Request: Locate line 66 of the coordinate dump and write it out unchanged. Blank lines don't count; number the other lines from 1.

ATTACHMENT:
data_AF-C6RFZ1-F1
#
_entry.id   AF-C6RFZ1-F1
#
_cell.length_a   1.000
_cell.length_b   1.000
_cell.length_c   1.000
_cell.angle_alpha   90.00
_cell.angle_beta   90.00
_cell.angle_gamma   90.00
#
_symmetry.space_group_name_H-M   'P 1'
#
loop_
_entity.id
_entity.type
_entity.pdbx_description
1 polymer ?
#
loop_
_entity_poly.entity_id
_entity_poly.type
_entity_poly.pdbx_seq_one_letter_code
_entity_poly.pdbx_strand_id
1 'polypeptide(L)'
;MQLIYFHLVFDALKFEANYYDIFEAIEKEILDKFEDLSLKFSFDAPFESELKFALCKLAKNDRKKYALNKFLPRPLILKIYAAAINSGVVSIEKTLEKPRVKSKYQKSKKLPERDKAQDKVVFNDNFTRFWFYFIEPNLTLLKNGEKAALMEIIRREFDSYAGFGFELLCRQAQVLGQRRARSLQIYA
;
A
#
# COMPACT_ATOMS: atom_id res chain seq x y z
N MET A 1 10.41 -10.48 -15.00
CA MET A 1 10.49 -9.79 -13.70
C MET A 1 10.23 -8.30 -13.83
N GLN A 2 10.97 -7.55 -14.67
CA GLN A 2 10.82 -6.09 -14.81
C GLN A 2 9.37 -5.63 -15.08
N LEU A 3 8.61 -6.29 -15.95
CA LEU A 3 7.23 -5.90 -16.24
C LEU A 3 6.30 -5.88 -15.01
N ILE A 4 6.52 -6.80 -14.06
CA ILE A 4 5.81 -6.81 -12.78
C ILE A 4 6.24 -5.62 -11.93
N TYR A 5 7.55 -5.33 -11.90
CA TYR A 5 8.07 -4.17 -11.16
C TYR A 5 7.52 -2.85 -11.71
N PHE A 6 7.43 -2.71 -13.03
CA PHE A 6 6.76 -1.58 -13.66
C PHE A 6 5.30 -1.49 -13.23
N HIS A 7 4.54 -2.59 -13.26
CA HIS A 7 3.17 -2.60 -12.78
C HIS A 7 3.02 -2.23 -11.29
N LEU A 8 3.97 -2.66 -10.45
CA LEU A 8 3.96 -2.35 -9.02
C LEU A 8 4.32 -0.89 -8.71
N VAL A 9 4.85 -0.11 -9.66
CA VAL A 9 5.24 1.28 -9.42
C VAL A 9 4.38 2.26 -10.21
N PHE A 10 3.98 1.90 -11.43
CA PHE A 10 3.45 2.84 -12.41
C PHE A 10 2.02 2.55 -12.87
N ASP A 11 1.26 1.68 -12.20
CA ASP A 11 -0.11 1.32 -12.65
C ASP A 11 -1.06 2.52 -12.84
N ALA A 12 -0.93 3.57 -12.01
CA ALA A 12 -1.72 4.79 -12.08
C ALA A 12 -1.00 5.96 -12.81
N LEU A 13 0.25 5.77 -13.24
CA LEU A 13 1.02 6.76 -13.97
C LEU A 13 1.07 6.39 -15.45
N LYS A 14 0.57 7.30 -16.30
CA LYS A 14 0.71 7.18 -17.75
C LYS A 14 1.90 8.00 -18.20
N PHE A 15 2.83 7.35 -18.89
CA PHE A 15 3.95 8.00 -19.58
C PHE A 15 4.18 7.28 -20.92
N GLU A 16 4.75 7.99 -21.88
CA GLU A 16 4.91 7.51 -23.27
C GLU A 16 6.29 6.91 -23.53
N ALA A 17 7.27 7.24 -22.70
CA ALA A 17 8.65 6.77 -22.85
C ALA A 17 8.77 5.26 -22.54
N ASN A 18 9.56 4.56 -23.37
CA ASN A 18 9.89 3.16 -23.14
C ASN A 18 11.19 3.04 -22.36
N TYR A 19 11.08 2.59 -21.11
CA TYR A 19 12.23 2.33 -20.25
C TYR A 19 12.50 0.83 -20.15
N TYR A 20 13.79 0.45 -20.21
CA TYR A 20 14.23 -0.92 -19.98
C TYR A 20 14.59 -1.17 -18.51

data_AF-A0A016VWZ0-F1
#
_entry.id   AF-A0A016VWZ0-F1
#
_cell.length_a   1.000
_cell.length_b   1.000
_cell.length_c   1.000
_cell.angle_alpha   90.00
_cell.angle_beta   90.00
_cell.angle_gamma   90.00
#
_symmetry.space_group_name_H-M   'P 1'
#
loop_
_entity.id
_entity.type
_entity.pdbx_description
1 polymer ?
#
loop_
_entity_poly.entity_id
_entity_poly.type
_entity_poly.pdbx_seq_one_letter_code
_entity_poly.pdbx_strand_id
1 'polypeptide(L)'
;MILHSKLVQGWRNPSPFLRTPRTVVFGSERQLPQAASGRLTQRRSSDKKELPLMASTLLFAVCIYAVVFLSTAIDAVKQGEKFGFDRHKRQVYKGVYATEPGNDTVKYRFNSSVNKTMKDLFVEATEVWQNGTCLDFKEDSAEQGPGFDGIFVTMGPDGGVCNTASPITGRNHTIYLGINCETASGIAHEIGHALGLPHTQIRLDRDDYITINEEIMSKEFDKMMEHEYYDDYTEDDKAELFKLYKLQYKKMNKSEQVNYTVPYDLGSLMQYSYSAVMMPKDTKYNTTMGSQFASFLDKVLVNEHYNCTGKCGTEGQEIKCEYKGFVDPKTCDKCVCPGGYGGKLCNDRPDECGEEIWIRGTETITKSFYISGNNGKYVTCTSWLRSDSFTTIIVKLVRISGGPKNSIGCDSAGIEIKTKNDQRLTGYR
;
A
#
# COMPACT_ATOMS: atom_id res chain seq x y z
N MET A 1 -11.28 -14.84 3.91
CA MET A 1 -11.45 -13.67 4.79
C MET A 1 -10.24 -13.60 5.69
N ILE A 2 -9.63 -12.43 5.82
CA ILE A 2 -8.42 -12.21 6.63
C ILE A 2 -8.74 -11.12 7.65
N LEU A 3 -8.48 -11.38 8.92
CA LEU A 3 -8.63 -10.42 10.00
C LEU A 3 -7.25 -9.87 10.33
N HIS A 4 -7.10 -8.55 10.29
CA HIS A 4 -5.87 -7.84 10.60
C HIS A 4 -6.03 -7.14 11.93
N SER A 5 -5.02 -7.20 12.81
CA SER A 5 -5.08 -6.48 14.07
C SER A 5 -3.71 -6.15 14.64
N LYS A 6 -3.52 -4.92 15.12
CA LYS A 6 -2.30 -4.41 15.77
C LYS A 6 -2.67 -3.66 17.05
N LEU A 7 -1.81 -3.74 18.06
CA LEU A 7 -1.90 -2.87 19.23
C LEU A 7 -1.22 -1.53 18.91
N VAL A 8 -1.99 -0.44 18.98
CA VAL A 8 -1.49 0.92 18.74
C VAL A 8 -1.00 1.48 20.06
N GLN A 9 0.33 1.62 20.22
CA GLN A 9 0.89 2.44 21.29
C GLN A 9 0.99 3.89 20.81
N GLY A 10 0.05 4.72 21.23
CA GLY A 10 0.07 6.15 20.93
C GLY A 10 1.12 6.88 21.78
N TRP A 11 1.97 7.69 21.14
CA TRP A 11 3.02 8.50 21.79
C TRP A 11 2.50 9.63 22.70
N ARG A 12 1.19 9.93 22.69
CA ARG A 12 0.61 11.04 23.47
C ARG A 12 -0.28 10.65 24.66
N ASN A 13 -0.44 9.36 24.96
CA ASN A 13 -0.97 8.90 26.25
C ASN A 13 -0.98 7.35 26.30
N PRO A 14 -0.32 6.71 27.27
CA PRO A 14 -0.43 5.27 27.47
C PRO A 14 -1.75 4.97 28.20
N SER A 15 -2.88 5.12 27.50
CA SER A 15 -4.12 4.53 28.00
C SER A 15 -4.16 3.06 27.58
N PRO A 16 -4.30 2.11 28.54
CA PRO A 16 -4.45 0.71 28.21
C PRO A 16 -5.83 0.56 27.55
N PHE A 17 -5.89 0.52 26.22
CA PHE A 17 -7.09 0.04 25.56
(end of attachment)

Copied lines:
C ALA A 12 -1.00 5.96 -12.81